Market Station, located just south and east of Leesburg’s Historic District, is a cluster of seven restored historic buildings, some reconstructed in or relocated to the site: a railroad freight station, a railroad stationmaster’s house, a log house, two barns and two gristmills. Market Station is now filled with restaurants, retail shops, high-tech and legal offices, including Visit Loudoun, the visitors’ center. A plaza on the east side of the site marks the old Washington and Old Dominion Railroad, which served the town until 1968. During the heyday of the railroad, this area was a bustling inland wharf, farm wagons loading up for blocks to load their goods. The 45-mile long right-of-way from the old W & OD railroad is now part of Northern Virginia Regional Park Authority’s trail system, attracting hikers, bikers, and joggers to and through Leesburg.

The Town of Leesburg is taking proactive steps to provide quality programs, parks, and facilities in the face of its rapid growth and diminishment of open spaces. Leesburg Town Manager, John Wells, said, “Leesburg provides a well-balanced inventory of services with the goal of improving the quality of life for all of our residents at a reasonable cost.” Of the 16 parks that are part of the Leesburg Parks and Recreation Department, the crown jewel is Ida Lee Park, a gift in 1986 of 141 acres from William F. and Margaret Dole Rust in memory of Mr. Rust’s grandmother, Ida Lee, to preserve the historic link of the Lee family of Virginia and the Town of Leesburg. The Rusts donated three acres from the original 141 for the Rust Library, adjacent to the Park. Additionally, in 1991, the Rusts gave enough to construct, also at Ida Lee, the William J. Cox Pavilion, a public picnic area containing a pavilion and playground. In 2009, the Town of Leesburg opened a new outdoor water park, the A.V. Symington Aquatic Center, at Ida Lee Park. Construction of the water park was made possible by the generous $5 million bequest from Ms. A. V. Symington, a local resident who swam regularly at Ida Lee’s indoor pool. Residents and visitors flock to Ida Lee Park for 4th of July celebrations every year. The Town of Leesburg also owns and operates the Thomas Balch Library, a history and genealogy library focused on Loudoun County, regional and Virginia history, with emphasis on the Civil War.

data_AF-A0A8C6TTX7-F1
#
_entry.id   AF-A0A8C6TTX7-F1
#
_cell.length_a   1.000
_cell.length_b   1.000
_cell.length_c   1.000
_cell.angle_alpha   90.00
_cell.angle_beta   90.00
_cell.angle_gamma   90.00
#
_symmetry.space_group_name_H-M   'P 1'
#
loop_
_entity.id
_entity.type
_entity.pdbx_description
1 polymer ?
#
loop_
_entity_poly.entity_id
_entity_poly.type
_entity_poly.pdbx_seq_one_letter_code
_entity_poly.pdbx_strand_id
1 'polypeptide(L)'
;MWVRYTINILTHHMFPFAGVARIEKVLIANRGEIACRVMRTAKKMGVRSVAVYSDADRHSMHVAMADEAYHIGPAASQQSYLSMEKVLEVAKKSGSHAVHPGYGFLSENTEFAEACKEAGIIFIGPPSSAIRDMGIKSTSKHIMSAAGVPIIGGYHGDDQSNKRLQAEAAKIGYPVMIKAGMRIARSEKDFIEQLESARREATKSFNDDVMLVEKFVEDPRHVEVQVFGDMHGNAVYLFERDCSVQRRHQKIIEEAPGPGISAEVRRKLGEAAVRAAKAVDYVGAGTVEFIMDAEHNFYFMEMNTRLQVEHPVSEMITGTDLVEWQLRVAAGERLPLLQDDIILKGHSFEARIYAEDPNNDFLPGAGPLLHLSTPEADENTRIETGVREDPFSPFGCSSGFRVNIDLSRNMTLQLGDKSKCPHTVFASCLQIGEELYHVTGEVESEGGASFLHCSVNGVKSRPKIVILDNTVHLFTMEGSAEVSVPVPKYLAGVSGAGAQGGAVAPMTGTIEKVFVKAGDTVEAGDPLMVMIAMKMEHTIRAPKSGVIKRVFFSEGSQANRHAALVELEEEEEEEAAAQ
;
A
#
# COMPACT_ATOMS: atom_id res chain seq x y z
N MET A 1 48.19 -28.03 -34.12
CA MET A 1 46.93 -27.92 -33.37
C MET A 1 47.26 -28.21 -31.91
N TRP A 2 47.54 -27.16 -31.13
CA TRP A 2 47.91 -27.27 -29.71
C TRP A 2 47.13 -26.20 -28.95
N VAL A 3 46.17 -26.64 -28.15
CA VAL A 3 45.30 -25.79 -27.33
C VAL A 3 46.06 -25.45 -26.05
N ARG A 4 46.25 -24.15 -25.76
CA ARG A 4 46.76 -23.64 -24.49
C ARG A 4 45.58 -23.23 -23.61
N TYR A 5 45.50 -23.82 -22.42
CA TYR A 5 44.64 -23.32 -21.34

Eugene Scheel, local historian and mapmaker, writes how Leesburg began at a crossroads.  Before Europeans arrived, Native Americans used what is now Route 15 as a major route of travel. By the 1730s, this road, known as the Old Carolina Road, intersected Potomac Ridge road, now present day Route 7. At this intersection, somewhere before 1755, Nicholas Minor established a tavern, and a few buildings sprouted up around it. Minor called the “sparse” village “George Town,” after England’s reigning king. Fortunes changed when the British Colonial Council ordered a County courthouse to be established at these crossroads. Minor laid out a town plan, and in 1758, the Virginia General Assembly founded the new town, renamed “Leesburg,” to honor the illustrious Thomas Lee.